Aerial view of downtown Mukwonago in 2013. (Photo: Todd Ponath/Now News Group)
MUKWONAGO – Downtown Mukwonago’s future may not look exactly the same as what its residents see there today, but the question remains about how it will evolve.
Could it involve an outdoor music festival perhaps? A broader landscape of artistic offerings? Classic car shows? Or maybe a more aesthetically pleasing downtown in general? It’s something residents have been asked in the past, but what do the businesses already in downtown think?
To that end, the village, through its downtown development committee and Make Mukwonago Yours website, is again reaching out to the public in a survey, this time with a focus on preferences of the community’s oldest business district among those most directly involved.
Adapting to change
Called the Downtown Mukwonago Vision survey, the questionnaire asks downtown tenants, property owners and owner/operators about their views concerning “the heart of the city” — the area along Highway 83 and Main Street just north of the Interstate 43 interchange — and its future.
The answers will help village update its economic development and market strategies, since its last report seven years ago, based in part of those direct stakeholders, officials said.
“As our community grows and matures, attitudes and preferences will continue shifting over time, and the village hopes to capture a snapshot of what our community currently is and what our next opportunities are,” said Village Administrator John Weidl.
The task will be to figure out how to manage the village properly based upon what it learns about the changing marketplace itself.
“We hope to understand more about how the local economy and spending patterns have changed by way of market analysis and survey data in order to develop strategies on how to best move the village’s economy and forward,” Weidl said.
For Roger Walsh, a village trustee who serves on the downtown development committee, the survey will further a plan created two years ago that should give Mukwonago an effective strategy to make downtown better.
“I think implementation of the 2018 Downtown Strategic Plan is critical to the downtown’s future,” Walsh said. “I think a critical part of the survey is gathering good facts and data with broad private and public feedback that guides future planning decisions.”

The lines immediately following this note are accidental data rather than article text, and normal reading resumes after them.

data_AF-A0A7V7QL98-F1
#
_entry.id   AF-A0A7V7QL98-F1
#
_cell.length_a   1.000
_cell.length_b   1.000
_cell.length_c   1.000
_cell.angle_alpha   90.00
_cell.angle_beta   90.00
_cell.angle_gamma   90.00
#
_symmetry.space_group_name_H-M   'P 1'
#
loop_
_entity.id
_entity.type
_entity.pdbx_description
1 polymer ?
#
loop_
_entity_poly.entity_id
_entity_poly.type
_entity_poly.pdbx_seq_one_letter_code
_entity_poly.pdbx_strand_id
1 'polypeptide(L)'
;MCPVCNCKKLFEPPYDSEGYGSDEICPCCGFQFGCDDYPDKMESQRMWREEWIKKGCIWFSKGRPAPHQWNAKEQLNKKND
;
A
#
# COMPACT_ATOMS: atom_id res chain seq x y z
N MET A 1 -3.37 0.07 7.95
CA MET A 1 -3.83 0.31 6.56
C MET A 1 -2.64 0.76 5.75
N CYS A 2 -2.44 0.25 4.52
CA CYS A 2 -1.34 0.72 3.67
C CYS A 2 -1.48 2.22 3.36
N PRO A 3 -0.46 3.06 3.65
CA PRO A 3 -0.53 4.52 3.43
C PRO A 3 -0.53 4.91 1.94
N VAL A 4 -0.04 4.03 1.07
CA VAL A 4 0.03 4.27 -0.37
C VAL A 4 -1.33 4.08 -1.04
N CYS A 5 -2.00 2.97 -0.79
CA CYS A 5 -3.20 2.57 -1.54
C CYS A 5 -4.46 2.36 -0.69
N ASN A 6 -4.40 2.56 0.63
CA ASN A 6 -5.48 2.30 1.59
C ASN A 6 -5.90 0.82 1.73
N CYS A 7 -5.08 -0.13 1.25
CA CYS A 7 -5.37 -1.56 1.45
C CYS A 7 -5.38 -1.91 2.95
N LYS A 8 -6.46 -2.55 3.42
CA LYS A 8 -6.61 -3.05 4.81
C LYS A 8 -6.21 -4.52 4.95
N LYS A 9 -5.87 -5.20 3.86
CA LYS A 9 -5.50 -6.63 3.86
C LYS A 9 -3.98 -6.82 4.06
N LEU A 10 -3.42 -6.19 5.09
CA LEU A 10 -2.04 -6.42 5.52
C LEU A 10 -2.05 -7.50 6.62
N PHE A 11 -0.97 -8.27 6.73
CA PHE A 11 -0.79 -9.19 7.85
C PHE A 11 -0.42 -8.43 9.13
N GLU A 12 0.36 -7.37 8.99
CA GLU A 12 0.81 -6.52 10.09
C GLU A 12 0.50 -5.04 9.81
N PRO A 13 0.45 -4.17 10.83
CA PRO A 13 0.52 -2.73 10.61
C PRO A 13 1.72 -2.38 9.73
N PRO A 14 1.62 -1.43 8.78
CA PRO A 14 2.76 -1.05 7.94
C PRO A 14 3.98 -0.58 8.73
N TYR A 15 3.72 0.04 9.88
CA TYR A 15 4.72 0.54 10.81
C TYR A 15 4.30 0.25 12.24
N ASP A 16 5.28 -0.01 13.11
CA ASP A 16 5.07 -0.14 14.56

Mukwonago has used surveys in the recent past with a downtown focus. In 2017, as the village sharpened its focus on the business district, a survey included residents and even nonresidents on the kinds of things they would like to see downtown.
This time, the survey is aimed specifically at businesses and investment property owners with a direct stake in downtown.
“As the downtown is the heart of every city by providing a glimpse at the community’s identity, we are asking you to respond to the following questions regarding your perceptions of the downtown and its future,” the surveys says in its introduction.
For starters, the survey asks respondents what business development services would serve them best, including marketing services and small business training.
But the survey also tries to get respondents to paint a picture of the downtown’s art community, querying what one type of artistic venture, given limited resources, they would prefer. It could be more art classes, more public displays or the addition of outdoor music or markets, among other choices.
It also delves into some administrative questions, like who would preside over an organization created to carry out any or all of the ideas mentioned in the survey, and hurdles that would have to be overcome to make such efforts possible.
And, of course, such ventures would have to funded somehow, so the survey asks which mechanism is most palatable. Options include a tax incremental financing district, a business improvement district and public grants.
Acting on it all
The village has used public input in strategic ways in the past to support business development, Weidl noted.
“For example, adding grocery options, including boutique, was a previous recommendation, and the village has added Aldi, Kwik Trip and the Health Hut, as well as interior expansions and remodeling of both the Pick ‘n Save and Walmart for groceries,” he said.
Depending on the market and specific idea, changes would take some time, though not necessarily a long time, to implement, Weidl suggested.
When the last economic development and market strategies report was issued in 2013, the village took several years to implement several key recommendations, including a new village business park, hosting the annual economic development summit, and updating the village’s online presence, he said.
Weidl added that the village has put a special focus on the downtown in recent years, making it “a major part of its economic development strategy,” just as it has done for the expansion of its residential and business base.
“So another goal of this survey specifically within the market strategies report is to highlight and discover the ways in which the village can be a catalyst for the downtown’s continued redevelopment and revitalization,” he said.
Walsh acknowledged that the downtown is personally important to him, as it is to the village as a whole. He’s happy people continue to have a voice in its future.
“I’m encouraged that an expanding base of residents are actively supporting balanced economic growth that will make the downtown a pedestrian friendly destination,” he said.
Contact Jim Riccioli at (262) 446-6635 or [email protected] Follow him on Twitter at @jariccioli.
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